Does medication reminder packaging help us to keep taking the tablets?

The problem of people not understanding basic health information has been in the news this week, with the publication in the BMJ of a study looking at health literacy, which found that of the UK adults included in the study almost half of those aged over 80, and a quarter aged 60 or under, were unable to answer correctly all four questions based on instructions similar to those found in a packet of aspirin.

Failing to take medication correctly, through lack of understanding or difficulty in remembering to take it, clearly has serious implications for health. There are many reminder systems designed to help people take their medication correctly, including simple things such as blister ‘calendar’ packs for pills, but do they work?

A Cochrane review on medication ‘reminder packaging’ to improve adherence was recently updated and now provides evidence from 12 randomised controlled trials with 2196 participants, who were self-administering medication for at least one month. Here’s what they found:

  • Reminder packaging increased the percentage of pills taken (mean difference (MD) 11% (95% confidence interval (CI) 6% to 17%))
  • The review included a trial with a population in which the majority had low-literacy, evaluating the usefulness of a pill card with pictures showing what to take, when to take it and what each pill was for. No data was provided on adherence, but of 173 patients who used the pill card,132 patients (76.3 %) reported it as being very helpful in reminding them to take their medication. Patient feedback included suggestions such as a wallet-sized card to serve as a more portable reminder, larger font size, and including the strength of each medication on the card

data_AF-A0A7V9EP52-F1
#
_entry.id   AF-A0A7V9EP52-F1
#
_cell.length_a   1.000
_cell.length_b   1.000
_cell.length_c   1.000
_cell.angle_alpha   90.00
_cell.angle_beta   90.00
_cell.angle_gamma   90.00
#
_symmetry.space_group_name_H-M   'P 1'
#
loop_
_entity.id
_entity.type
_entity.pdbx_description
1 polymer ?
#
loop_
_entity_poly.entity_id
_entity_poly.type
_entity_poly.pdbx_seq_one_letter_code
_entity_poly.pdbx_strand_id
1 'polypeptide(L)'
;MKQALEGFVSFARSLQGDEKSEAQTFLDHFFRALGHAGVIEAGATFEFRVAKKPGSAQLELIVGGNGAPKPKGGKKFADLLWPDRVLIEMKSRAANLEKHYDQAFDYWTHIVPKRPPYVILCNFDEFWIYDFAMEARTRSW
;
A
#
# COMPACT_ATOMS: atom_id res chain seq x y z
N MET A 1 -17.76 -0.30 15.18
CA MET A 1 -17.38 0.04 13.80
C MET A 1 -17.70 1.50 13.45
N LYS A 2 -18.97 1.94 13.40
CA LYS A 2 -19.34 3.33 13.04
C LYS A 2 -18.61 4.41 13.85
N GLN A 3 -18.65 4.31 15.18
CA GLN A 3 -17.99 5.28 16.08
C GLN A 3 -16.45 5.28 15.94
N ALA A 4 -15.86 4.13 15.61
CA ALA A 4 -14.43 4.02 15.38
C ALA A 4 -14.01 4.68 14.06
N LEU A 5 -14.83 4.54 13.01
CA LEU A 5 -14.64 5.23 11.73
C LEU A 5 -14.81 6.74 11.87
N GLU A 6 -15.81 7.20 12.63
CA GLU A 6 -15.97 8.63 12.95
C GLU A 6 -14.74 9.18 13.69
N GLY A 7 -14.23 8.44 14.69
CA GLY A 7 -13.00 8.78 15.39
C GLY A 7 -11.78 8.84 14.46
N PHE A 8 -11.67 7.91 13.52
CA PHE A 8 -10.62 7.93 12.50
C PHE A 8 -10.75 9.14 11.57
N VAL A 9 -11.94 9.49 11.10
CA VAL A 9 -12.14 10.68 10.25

• There was some evidence that reminder packaging may be beneficial in improving clinical outcomes such as blood pressure


  • There were problems with the conduct of most of the trials included in thie review, with ten judged as having a high risk of bias, including the trial with the low-literacy participants
  • The authors noted a lack of evidence on the use of reminder packaging in elderly populations

The authors’ conclusions are appropriately cautious:

“Reminder packing may represent a simple method for improving adherence for patients with selected conditions.”



Mahtani KR, Heneghan CJ, Glasziou PP, Perera R. Reminder packaging for improving adherence to self-administered long-term medications. Cochrane Database of Systematic Reviews 2011, Issue 9. Art. No.: CD005025. DOI: 10.1002/14651858.CD005025.pub3.

A Cochrane summary and a podcast  of this review are available

BBC News Poor literacy increases early death risk for elderly. 16th March 2012.

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Sarah Chapman

My name is Sarah Chapman. I have worked on systematic reviews and other types of research in many areas of health for the past 17 years, for the Cochrane Collaboration and for several UK higher education institutions including the University of Oxford and the Royal College of Nursing Institute. I also have a background in nursing and in the study of the History of Medicine.

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